But there were some really nice folks there, and after all, a protest is a protest, so we decided to stay, at least until we could savor the sweet stink of tear gas on the breeze, always guaranteed to bring back a rush of nostalgia.

We were talking to an excited plumber in a Boston Bruins jersey (and since when does the Prince of Darkness play on Causeway Street?) who seemed to have the United Nations confused with the US government when suddenly the show got much more interesting. That Saturday Night Live chick from 30 Rock was on the stage! It was hard to get closer and there was a whole firing line of papparazi in the way, so I couldn’t see if any of the other actors were there. We would have liked to see that Steven Baldwin,who cracks us up.

We couldn’t hear too well either, but her routine must have been pretty funny because everyone was cracking up and applauding. In fact, the whole protest was kinda funny, and not exactly in a good way. No tear gas, no police lines of gleaming riot gear, no phalanx of black-clad anarchists. The cops that were there were standing in the sun, joking with the protesters. Instead of patchouli and tear gas, the air was redolent with Polo cologne and fried dough. It was like, well, a day at the park.

The people were interesting, though, and we learned a lot of interesting stuff from them. I met some graphic designers from Grafton, some psalm singers from Saugus and a few framers from Framingham. From the framers we learned that the US Constitution contains a whole bunch of secret clauses we never knew about, like the ones that says we don’t need to pay taxes we don’t like and that ordinary citizens have a hidden veto over the Supreme Court. We can’t wait to spring that one on our law students.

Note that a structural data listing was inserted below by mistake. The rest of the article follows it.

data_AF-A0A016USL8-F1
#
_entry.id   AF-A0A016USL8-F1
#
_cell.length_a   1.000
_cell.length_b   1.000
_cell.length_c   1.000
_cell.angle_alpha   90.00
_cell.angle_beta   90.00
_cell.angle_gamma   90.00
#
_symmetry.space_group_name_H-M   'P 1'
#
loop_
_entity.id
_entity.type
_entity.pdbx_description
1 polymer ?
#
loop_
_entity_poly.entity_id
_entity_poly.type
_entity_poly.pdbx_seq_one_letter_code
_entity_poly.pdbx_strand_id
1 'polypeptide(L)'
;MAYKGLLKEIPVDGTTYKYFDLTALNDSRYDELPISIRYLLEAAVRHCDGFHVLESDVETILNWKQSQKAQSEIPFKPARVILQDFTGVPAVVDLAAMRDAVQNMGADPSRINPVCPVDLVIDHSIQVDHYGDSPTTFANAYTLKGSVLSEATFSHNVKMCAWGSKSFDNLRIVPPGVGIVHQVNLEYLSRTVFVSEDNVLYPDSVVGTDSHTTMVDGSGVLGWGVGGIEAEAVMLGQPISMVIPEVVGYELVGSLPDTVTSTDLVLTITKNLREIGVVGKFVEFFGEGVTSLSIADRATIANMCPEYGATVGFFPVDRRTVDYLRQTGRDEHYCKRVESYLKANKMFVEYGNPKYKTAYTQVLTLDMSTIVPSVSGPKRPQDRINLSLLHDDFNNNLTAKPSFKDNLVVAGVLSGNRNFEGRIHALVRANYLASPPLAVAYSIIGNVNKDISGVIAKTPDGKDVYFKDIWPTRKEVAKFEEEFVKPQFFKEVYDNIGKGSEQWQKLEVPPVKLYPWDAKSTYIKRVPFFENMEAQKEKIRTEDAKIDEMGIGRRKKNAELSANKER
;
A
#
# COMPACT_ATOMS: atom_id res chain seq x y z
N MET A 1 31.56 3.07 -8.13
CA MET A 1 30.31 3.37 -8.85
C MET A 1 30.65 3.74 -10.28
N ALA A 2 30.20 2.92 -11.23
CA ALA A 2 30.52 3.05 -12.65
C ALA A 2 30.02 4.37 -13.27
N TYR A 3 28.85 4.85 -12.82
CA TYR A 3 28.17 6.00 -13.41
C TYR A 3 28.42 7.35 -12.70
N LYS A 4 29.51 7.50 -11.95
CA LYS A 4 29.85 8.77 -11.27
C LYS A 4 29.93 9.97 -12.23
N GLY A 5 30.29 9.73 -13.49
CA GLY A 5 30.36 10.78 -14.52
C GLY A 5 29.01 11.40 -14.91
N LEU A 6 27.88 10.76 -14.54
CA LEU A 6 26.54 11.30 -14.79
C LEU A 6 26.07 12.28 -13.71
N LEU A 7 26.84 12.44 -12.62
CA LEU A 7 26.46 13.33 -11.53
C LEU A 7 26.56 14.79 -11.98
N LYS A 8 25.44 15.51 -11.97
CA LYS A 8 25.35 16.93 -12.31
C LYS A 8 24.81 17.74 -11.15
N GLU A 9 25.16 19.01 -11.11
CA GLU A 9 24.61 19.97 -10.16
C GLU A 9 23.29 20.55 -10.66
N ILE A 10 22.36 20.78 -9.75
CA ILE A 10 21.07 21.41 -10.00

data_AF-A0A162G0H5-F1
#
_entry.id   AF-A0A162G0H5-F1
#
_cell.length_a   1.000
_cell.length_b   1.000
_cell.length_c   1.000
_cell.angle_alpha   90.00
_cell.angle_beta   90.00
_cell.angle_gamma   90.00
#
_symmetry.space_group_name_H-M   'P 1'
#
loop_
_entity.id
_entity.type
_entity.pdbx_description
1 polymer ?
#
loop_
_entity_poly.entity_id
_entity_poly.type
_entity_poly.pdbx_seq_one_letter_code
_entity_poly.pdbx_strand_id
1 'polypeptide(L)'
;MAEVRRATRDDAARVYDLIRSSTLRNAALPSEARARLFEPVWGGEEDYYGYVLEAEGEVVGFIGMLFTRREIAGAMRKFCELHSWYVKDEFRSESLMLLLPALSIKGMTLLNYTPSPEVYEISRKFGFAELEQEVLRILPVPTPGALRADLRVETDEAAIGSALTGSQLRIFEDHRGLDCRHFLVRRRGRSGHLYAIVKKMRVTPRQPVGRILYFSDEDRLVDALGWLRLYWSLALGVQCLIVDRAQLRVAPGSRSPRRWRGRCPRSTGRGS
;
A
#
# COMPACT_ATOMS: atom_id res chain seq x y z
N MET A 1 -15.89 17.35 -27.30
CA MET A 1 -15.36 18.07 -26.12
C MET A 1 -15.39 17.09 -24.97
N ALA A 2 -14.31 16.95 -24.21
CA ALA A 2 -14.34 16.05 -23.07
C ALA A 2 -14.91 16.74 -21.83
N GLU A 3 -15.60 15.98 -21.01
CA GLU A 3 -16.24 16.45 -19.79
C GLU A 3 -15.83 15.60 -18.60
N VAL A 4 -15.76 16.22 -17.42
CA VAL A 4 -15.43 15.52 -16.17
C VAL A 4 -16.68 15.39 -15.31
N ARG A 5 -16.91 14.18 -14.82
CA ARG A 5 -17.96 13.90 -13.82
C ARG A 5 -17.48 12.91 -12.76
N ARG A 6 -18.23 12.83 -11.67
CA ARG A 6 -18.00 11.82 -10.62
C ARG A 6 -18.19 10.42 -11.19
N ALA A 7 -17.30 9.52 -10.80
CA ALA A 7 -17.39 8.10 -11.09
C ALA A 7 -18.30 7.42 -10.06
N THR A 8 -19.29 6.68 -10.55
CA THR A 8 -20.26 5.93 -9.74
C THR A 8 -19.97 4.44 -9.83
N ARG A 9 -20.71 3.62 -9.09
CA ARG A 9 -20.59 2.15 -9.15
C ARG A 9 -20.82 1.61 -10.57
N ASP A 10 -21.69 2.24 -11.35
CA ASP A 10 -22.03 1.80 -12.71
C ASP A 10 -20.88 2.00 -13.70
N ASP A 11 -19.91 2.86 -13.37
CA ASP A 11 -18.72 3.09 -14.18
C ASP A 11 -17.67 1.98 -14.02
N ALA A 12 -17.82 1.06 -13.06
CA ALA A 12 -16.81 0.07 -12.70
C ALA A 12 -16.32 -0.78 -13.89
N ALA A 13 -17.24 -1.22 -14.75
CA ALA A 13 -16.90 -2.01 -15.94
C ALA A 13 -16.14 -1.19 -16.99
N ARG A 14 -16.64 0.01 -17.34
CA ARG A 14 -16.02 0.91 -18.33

Many of those in attendance were wearing American flags in some form or format, which hearkened back to “Easy Rider” and an old Army surplus jacket I wore in high school with an American Flag hanging over the back, covering an embroidered, extended middle finger. Pulling on a string up the sleeve raised the flag.
All in all it was a spaced out morning in the park, but we plan on coming back on 5-20 for the real Tea Party. See you there, Dudes…